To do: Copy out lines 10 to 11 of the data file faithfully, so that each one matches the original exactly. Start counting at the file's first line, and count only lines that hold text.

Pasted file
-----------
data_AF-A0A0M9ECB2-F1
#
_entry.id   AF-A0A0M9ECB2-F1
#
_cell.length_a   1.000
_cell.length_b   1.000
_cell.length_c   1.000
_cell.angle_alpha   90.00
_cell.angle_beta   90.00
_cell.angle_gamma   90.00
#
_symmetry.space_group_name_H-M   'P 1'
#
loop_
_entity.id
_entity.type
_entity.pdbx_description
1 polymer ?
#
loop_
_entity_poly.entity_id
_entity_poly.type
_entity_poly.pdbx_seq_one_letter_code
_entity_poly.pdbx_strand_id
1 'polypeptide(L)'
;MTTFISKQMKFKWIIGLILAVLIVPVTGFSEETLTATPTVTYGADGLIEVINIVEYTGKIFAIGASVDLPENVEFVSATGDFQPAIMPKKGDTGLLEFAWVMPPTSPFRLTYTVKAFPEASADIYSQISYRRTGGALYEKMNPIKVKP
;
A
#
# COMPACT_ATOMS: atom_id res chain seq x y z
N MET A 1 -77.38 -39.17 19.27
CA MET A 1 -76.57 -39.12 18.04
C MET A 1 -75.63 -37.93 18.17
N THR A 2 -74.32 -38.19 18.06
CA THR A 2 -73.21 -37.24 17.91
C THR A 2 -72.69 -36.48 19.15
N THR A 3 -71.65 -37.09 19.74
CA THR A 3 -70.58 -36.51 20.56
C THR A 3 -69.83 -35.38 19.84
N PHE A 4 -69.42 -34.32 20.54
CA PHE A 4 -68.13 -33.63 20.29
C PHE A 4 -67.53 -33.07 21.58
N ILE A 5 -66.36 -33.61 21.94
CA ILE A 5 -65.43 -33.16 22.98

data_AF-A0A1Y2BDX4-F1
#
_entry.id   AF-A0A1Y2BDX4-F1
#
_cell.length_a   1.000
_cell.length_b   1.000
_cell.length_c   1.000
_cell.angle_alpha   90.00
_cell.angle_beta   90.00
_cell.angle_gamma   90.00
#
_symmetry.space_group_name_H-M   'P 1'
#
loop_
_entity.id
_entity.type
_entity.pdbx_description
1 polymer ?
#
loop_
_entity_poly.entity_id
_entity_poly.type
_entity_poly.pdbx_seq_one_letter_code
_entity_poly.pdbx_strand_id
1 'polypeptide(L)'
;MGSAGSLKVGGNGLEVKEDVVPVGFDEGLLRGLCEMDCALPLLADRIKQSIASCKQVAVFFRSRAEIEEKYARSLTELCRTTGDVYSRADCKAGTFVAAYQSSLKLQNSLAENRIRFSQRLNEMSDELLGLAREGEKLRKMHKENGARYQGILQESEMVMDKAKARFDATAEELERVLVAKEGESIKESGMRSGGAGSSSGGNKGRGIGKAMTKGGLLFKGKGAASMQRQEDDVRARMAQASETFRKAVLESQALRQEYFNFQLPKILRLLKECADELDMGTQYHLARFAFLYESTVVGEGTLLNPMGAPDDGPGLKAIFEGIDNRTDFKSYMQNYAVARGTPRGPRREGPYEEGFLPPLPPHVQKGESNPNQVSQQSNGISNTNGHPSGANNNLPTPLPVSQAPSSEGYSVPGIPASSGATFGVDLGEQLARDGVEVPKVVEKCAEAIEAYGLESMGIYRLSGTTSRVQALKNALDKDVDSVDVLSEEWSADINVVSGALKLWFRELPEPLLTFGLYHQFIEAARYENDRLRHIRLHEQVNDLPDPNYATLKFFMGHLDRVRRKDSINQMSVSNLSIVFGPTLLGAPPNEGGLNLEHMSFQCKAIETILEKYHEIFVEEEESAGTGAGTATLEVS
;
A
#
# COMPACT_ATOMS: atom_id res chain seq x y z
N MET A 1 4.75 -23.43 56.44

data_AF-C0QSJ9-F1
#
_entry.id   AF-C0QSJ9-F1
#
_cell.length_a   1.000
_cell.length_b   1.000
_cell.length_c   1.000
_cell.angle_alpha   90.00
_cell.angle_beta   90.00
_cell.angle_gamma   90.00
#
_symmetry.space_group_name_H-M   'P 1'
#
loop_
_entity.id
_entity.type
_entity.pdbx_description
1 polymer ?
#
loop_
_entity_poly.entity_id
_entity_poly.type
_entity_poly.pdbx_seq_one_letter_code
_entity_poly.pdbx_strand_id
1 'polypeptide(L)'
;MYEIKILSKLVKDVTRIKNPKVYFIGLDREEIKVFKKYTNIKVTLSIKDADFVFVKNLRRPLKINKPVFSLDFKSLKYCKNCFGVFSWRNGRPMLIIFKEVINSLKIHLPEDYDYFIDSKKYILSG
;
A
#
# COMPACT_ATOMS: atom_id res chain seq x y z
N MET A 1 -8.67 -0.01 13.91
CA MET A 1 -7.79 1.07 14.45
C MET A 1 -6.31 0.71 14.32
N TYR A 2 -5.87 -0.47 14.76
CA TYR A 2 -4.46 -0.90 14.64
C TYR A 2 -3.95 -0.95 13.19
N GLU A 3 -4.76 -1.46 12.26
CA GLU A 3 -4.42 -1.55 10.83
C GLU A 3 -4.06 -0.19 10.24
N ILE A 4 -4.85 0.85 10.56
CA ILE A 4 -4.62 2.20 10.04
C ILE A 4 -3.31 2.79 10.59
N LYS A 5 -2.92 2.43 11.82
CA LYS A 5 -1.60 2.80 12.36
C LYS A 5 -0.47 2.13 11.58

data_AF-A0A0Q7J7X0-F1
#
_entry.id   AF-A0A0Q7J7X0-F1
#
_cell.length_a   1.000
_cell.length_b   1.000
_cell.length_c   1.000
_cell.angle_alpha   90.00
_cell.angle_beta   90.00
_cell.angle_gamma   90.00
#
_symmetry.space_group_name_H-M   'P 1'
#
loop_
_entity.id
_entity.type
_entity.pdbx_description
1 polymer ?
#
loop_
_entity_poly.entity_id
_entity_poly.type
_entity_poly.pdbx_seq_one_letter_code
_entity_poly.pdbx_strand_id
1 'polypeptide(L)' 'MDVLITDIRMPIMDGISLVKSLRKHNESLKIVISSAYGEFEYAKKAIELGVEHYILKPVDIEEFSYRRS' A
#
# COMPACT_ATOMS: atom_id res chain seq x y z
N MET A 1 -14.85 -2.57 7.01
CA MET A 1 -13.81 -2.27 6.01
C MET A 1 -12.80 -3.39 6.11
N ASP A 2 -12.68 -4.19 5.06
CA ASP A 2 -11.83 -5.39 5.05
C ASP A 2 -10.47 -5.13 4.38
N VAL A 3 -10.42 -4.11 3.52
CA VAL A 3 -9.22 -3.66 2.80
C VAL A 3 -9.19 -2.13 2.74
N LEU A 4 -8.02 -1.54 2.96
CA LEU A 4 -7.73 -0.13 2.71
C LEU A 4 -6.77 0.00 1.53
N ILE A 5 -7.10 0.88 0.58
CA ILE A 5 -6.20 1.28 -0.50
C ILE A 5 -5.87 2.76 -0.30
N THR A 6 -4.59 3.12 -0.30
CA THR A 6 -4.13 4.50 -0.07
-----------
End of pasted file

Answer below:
_cell.angle_gamma   90.00
#